Would you like to celebrate the start of summer at a social gathering with other likeminded students of martial arts studies? If so, I will be hosting a BBQ and Picnic on Sunday May 27th in Ithaca NY at the beautiful Myers Park. This will be a great chance to meet new people, hang out, and discuss possible ideas for future projects, regional conferences or panels. See here for more information and to RSVP.
Submissions are now closed for the 2018 Martial Arts Studies conference in Cardiff. This year’s meetings will focus closely on Bruce Lee and his ongoing cultural legacy. But you can still register as an attendee (which is really the best way to experience these gatherings. Its all the fun with none of the stress). Click here for the details.
Readers should also note that planning is already under way for the 2019 conference. And there is some exciting news on that front. It looks like those meetings may very well be crossing the Atlantic and happening in Los Angles. Stay tuned for more!
Have you ever wanted to buy a copy of the groundbreaking Martial Arts of the World [2 volumes]: An Encyclopedia of History and Innovation, but you were scared off by the $200 price tag? You can now access this incredible resource for free on “Kindle Unlimited,” or for less than $10 if purchased directly for your Kindle. This is a fantastic resource which I often find myself consulting.
The first video article in the innovative new Journal of Embodied Research has been released, and it will be of special interest to anyone who follows HEMA. Our friend Daniel Jaquet suits up in mediaeval armor and investigates what movement was really like! This makes great lunch time viewing.
As long as we are on the topic of articles, here are a few other recent papers that the readers of Kung Fu Tea might find interesting. The first item is by George Jennings and Veronica Partikova titled “The Kung Fu Family: A Collectivist Metaphor of Belonging Across Time and Place.” Unfortunately we only have the slides, and not the complete paper. But the good news is that these slides are almost an entire paper themselves.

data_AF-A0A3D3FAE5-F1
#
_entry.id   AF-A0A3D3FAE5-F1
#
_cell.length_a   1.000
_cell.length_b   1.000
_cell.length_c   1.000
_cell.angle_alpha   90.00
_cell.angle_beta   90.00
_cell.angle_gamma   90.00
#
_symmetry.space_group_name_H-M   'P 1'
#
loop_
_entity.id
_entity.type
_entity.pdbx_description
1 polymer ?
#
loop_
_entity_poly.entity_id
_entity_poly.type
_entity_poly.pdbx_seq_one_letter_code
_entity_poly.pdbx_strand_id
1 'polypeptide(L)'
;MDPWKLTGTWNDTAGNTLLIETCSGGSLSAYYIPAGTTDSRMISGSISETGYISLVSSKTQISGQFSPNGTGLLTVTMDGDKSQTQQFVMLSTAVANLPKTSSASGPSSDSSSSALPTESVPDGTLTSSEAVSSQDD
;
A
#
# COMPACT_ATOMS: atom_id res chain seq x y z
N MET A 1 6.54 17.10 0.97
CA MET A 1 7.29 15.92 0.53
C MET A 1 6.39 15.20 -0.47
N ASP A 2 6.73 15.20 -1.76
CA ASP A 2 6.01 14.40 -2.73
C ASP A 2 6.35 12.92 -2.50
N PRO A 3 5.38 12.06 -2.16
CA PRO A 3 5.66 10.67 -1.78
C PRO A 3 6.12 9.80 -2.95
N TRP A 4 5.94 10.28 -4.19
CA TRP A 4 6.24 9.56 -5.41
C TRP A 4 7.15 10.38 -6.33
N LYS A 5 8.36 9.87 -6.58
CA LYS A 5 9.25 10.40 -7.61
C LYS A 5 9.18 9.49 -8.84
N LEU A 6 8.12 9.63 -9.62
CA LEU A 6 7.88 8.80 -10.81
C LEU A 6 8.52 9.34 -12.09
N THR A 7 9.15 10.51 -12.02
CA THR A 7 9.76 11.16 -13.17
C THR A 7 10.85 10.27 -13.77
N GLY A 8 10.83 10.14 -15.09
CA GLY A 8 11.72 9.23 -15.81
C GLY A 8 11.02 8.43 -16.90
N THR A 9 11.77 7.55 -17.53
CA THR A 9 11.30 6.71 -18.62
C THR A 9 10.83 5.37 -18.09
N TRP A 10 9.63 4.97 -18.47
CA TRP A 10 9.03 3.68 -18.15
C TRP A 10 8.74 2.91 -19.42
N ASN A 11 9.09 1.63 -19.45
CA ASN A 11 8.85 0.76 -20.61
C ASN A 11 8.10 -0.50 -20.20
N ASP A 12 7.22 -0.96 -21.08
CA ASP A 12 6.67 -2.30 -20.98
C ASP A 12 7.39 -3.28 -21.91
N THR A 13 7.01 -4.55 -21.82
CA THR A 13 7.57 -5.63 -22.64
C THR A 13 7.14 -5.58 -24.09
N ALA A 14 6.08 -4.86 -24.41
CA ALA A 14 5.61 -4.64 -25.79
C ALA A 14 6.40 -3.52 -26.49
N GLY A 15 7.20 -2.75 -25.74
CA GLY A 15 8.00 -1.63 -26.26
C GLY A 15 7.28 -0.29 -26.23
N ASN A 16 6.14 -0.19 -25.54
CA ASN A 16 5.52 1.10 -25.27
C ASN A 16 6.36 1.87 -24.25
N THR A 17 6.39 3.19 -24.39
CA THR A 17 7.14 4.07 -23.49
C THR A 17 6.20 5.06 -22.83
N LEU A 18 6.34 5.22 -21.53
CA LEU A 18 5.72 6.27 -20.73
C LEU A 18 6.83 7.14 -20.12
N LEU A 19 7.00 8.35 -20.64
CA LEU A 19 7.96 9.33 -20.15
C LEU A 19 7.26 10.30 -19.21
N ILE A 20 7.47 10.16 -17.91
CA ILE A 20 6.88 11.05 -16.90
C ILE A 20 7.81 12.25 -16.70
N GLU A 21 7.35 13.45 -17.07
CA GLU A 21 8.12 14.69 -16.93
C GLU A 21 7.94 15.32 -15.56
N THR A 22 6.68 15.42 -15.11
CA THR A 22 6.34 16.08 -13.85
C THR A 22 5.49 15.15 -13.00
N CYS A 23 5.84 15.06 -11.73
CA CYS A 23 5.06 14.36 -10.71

Next we have an essay by Alex Channon (first published at the LFHV Blog) titled “The Madness of King Conor: Athlete Hubris, Promotional Culture, and Performative Violence.” This is a great read. Be sure to check it out if you haven’t seen it yet.
Lastly, for the more philosophically oriented, Karsten Kenklies has shared a copy of the forthcoming article on Academia.edu: (Self-)Transformation as Translation. The Birth of the Individual from German Bildung and Japanese Kata, in: Tetsugaku: International Journal of the philosophical Association of Japan, Vol. 2
Pedagogical processes are always connected to translation. This is very obvious in those practices of teaching where knowledge is transmitted through mediation. However, processes of self-formation or self-education, and especially the development of individuality, don’t seem to be connected directly to processes of translation. The following paper suggests that processes of individuation, too, can be understood as translations. In contrasting two culturally very different positions — the German idea of Bildung and the Japanese practice of exercising kata — it should become clear that both cannot be understood without referring to a concept of translation.
Kung Fu Tea on Facebook
A lot has happened on the Kung Fu Tea Facebook group over the last month. We have read about conspiracy theories in the martial arts, Nazi propaganda about the Chinese martial arts during WWII, and even daggers made from human thigh bones! Joining the Facebook group is also a great way of keeping up with everything that is happening here at Kung Fu Tea.
If its been a while since your last visit, head on over and see what you have been missing!